Union Pacific compelled to comply with discovery requests in suit alleging solar radiation, creosote exposure

By Heather Isringhausen Gvillo | Dec 6, 2016

St. Clair County Associate Judge Randall Kelley ordered Union Pacific to comply with a former employee’s discovery requests in a suit alleging he developed cancer from exposure to creosote and solar radiation.

St. Clair County Associate Judge Randall Kelley ordered Union Pacific to comply with a former employee’s discovery requests in a suit alleging he developed cancer from exposure to creosote and solar radiation.

Clarence Mayberry filed his lawsuit on June 17 against Union Pacific Railroad Company.

He claims that during the course of his employment with the defendant from 1968 to 2009, he was exposed to creosote and solar radiation.

Mayberry alleges the exposures caused him to develop basal cell carcinomas on his face, ears, head and neck.

He alleges Union Pacific failed to provide equipment or other products to protect Mayberry from creosote and excessive solar radiation and failed to educate and train him on how to reduce or eliminate exposure to creosote and solar radiation.

Mayberry filed a motion to compel on Nov. 2 through attorney William Gavin of Gavin Law Firm in Belleville. He seeks an order compelling the defendant to comply with his discovery requests.

He argues that the defendant’s responses “are replete with non-answers, spurious objections, assertions of privilege without compliance … self-serving assertions, and incomplete and evasive responses.”

Mayberry claims the defendant’s preliminary statements include “self-serving statements apparently in an attempt to justify Defendant’s non-compliance with numerous Illinois Supreme Court Rules.”

He adds that the defendant made “broad, non-specific” objections to the production requests.

Union Pacific filed an opposition to the plaintiff’s motion to compel or for a protective order on Nov. 22 through attorneys Tracy Jonathan Cowan and Karen Volkman of Hawkins Parnell Thackston & Young in St. Louis.

Union Pacific claims it has produced thousands of pages of documents in response to Mayberry’s requests.

The defendant argues that discovery is not limitless, and the plaintiff “failed to properly limit the scope of his requests to the relevant exposures, the time period at issue, the type of work performed, the relevant equipment, or the locations where plaintiff worked.”

“Discovery also cannot be used for purposes of harassment or as a fishing expedition,” the opposition states.

The defendant also claims Mayberry’s request for deposition of Betsy Gassaway “seeks privileged information and is otherwise improper.”

“Ms. Gassaway is a member of Union Pacific’s Law Department, and any knowledge Ms. Gassaway has about the compilation of any information responsive to Plaintiff’s discovery is protected by the attorney-client privilege and not open to discovery,” the opposition states.

The defendant added that other courts considering Gassaway’s deposition request in similar suits have entered protective orders prohibiting a deposition from going forward.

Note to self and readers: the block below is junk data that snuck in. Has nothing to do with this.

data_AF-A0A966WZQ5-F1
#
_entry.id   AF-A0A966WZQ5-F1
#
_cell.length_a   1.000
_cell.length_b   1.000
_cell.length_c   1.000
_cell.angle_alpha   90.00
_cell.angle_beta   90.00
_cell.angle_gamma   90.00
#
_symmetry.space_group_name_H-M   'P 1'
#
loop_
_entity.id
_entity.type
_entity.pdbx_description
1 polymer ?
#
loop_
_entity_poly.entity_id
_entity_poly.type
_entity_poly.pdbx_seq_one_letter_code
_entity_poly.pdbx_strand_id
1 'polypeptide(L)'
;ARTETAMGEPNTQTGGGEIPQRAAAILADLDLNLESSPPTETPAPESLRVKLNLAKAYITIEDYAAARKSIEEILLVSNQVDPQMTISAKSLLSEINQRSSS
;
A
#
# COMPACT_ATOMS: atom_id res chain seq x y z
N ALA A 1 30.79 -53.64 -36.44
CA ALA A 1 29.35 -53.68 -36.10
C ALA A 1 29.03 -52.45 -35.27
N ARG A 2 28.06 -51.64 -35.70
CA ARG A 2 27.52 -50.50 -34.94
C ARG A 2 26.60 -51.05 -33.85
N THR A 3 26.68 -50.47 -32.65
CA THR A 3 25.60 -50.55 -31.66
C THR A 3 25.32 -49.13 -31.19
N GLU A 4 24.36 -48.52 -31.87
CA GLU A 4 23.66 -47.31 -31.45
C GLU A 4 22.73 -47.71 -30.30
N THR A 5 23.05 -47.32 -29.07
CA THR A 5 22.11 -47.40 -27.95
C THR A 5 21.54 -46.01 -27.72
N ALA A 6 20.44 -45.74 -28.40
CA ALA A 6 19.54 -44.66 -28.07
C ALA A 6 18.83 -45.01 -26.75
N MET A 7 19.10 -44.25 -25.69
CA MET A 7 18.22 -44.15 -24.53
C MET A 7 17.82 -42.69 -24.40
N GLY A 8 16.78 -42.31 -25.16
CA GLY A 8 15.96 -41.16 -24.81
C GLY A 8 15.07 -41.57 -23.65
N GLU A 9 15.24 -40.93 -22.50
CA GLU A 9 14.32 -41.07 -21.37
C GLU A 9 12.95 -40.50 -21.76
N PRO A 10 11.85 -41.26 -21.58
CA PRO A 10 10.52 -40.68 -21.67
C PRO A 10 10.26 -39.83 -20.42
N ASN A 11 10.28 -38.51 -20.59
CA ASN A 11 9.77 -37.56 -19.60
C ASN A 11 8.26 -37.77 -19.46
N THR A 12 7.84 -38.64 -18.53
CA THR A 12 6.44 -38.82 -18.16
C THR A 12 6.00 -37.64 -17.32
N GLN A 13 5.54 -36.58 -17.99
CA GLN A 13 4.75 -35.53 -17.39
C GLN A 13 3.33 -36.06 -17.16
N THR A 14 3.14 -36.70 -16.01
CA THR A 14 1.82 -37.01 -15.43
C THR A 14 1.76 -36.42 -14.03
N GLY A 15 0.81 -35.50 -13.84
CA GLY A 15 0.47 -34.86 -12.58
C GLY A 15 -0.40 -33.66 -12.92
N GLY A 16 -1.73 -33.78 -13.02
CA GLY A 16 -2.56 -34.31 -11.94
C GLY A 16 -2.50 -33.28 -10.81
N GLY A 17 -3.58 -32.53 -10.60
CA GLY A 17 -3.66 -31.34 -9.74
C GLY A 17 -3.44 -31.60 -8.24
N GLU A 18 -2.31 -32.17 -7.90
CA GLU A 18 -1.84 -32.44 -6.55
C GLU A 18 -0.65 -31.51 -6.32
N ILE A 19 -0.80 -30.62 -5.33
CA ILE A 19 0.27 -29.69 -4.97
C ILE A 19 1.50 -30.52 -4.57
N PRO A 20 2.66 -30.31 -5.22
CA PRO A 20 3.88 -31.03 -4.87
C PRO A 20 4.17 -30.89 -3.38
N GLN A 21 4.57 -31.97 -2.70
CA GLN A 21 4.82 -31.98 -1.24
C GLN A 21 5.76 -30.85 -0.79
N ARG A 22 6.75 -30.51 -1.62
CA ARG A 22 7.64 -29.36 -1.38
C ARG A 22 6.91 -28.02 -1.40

Union Pacific argues that the plaintiff failed to describe how its discovery responses’ preliminary statements were “self-serving” or “justifying.”

However, the defendant offered to withdraw the offensive statements from the responses in an effort to resolve the issue.

Union Pacific further argues that it is unable to determine in what manner its responses are not specific enough.

“Therefore, Plaintiff has failed to demonstrate why the Court should order Union Pacific to provide further information or what that further information should be,” the opposition states.

Kelley filed his order on Nov. 23, demanding Union Pacific to comply with the plaintiff’s interrogatories and to provide a privilege log for any information withheld from its answers to the first interrogatories.

Union Pacific must include the date of the withheld documents, the name and title of the author of the documents, name and title of each recipient of the documents and an accurate description of the document sufficient to enable the court to determine whether the claimed privilege or work product doctrine is applicable.

Union Pacific also filed a motion to dismiss or transfer the complaint on Oct. 27.

The defendant alleges Mayberry is a resident of Randolph County.

While Mayberry has objected to the defendant’s discovery requests, Union Pacific claims it believes the plaintiff primarily worked for the defendant and its predecessor in Missouri and various locations in Illinois outside of St. Clair County.

Kelley scheduled a status conference for Jan. 30.

St. Clair County Circuit Court case number 16-L-319

Want to get notified whenever we write about any of these organizations ?

Sign-up Next time we write about any of these organizations, we'll email you a link to the story. You may edit your settings or unsubscribe at any time.

Organizations in this Story

Gavin Law Firm Illinois Supreme Court St. Clair County Circuit Court

More News

The Record Network